Okay, in this video we are going to talk about the negative feedback mechanism that controls levels of most hormones within the endocrine system, and then we'll also touch on the positive feedback mechanism that controls levels of a few of the hormones within the endocrine system. So let's first talk about the negative feedback mechanism, which works similarly to your thermostat. So if your heater is turned on in your home and your temperature is set at 75, your heater will run until that temperature gets to 75. Then it will turn off. As the temperature lowers when it goes below 75, it will turn back on, and it turns off and on to keep the level right there at 75 degrees. Well the hormones within the endocrine system, it kind of works the same way. If an endocrine gland senses that there is too much of a circulating hormone in the body, it will initiate changes to decrease production of that hormone, and if an endocrine organ or gland senses there's not enough of a circulating hormone, it will initiate changes to increase production of that hormone, to try to keep homeostasis, just the right amount of hormones circulating in the body.
Alright. So let's now look at a a specific example of that negative feedback mechanism or negative feedback loop. We're going to look at the release of thyroid hormones, which are T3 and T4. So starting off, the hypothalamus produces thyroid-releasing hormone which causes the anterior pituitary gland to produce thyroid-stimulating hormone, and then this causes the thyroid gland to produce T3 and T4. And it releases T3 and T4 into the body, where it goes and does its job. So if the hypothalamus senses that there is too much T3 and T4 out there, it will decrease production of TRH, which will, in turn, cause the anterior pituitary gland to decrease production of TSH, and this will cause the thyroid gland to decrease production of T3, T4. And that is what we mean by a negative feedback mechanism. The anterior pituitary gland also can sense if there's too much T3 and T4 circulating in the body, and if it does sense that, it will, by itself, decrease TSH, which will, in turn, decrease production of T3 and T4 by the thyroid gland. So this works kind of the opposite way as well. So if there's not enough T3, T4 circulating in the body, the hypothalamus will increase production of TRH, which will cause the anterior pituitary gland to increase production of TSH, and that will cause an increase in production of T3 and T4 by the thyroid gland. So this how we maintain homeostasis for these thyroid hormones. However, if we end up having an issue in the hypothalamus or in the anterior pituitary gland or in the thyroid gland, then that really throws a wrench in everything. So when we are talking about hypothyroidism and hyperthyroidism, we will get into more detail about that.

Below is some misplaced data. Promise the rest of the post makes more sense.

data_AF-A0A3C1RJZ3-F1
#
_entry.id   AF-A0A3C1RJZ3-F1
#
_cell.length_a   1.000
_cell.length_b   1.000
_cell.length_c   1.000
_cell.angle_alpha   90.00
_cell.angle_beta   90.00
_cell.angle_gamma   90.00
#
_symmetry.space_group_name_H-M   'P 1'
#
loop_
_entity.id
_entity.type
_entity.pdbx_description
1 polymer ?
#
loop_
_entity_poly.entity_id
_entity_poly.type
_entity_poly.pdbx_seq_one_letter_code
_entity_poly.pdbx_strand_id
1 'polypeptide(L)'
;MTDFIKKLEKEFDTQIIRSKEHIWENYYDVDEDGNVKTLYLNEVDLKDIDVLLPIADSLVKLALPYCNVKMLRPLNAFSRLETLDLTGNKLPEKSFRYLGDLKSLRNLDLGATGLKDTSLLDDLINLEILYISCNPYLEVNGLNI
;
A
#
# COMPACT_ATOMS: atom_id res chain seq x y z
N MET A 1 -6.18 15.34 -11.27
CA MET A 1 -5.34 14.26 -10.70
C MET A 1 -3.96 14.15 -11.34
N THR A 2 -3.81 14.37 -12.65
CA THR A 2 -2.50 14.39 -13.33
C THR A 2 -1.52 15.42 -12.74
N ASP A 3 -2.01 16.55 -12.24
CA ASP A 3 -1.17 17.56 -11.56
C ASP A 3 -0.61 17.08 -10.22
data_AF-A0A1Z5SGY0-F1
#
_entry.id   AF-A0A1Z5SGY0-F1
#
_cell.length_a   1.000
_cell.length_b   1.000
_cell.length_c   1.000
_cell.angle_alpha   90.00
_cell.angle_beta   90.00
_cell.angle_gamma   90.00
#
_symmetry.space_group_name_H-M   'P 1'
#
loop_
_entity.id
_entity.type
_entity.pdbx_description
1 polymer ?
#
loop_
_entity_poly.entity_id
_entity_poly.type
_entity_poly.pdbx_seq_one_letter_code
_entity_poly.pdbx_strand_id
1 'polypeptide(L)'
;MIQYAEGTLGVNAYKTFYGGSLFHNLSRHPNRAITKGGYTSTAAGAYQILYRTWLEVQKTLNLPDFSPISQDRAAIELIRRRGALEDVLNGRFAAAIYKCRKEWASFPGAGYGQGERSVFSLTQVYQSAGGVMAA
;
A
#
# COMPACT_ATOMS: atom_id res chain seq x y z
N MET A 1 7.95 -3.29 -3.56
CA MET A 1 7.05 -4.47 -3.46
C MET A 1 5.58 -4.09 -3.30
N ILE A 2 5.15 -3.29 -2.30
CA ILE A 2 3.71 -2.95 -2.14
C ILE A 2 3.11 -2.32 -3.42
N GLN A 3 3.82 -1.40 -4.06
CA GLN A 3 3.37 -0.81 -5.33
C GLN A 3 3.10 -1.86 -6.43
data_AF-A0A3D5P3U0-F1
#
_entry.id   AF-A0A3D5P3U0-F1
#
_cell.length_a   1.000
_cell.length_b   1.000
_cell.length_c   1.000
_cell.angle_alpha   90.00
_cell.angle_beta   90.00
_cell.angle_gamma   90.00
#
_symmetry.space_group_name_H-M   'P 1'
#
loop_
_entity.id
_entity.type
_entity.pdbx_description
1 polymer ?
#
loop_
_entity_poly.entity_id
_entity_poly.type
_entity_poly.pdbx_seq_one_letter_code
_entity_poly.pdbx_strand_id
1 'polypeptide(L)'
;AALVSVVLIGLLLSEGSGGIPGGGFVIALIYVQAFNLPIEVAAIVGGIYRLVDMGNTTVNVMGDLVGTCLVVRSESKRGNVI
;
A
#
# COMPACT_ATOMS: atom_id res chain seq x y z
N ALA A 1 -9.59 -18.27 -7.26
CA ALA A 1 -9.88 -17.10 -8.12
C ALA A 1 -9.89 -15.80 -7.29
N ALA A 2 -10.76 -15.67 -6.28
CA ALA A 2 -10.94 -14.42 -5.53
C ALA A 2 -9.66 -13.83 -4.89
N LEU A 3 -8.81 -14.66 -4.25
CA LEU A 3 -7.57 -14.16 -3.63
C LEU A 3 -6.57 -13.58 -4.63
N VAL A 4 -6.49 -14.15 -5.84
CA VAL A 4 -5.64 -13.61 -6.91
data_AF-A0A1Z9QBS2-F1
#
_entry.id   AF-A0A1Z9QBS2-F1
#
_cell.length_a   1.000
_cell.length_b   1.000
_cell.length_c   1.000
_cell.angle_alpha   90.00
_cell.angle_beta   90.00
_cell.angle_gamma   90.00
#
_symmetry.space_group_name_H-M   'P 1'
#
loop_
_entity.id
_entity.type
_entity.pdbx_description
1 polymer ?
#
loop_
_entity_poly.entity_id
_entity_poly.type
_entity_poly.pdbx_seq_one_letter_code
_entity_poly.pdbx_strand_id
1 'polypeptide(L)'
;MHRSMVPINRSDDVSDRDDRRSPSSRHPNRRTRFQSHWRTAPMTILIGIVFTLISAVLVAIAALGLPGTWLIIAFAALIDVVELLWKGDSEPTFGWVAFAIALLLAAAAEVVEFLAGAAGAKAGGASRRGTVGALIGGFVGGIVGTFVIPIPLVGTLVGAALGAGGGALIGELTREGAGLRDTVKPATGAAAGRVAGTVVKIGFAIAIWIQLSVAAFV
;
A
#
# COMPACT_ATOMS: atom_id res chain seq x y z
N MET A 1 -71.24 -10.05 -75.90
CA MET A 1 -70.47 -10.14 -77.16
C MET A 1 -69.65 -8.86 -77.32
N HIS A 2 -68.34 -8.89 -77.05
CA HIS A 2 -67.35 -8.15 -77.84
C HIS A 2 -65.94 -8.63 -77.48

Okay. So that negative feedback loop example that I just explained, that controls the release of most endocrine hormones. However, there are a few hormones that are controlled by a positive feedback mechanism instead. So with a negative feedback mechanism, like we just talked about, if we release a bunch of hormones, the body will sense that, right? The organs and glands will sense that, and they will decrease production of that hormone. That's a negative feedback loop. With a positive feedback mechanism, when we release a bunch of hormone, that causes additional release of that same hormone. So oxytocin is a hormone that is regulated by a positive feedback mechanism. And I'll give you a couple of examples where oxytocin is released and that the release of oxytocin causes additional release of oxytocin. So one is during childbirth. So release of oxytocin allows for uterine contractions, and uterine contractions cause additional oxytocin to be released. Also, we see it with breastfeeding. So breastfeeding causes the release of oxytocin, which allows for milk ejection. And this in turn causes an additional release of oxytocin, so it just compounds that. So oxytocin will stop being produced after childbirth or after a mom is done breastfeeding. And that's how production of oxytocin does end up decreasing. So hopefully, that was helpful in explaining the difference between negative feedback mechanisms and positive feedback mechanisms. Stay tuned. We'll go over more important endocrine information!
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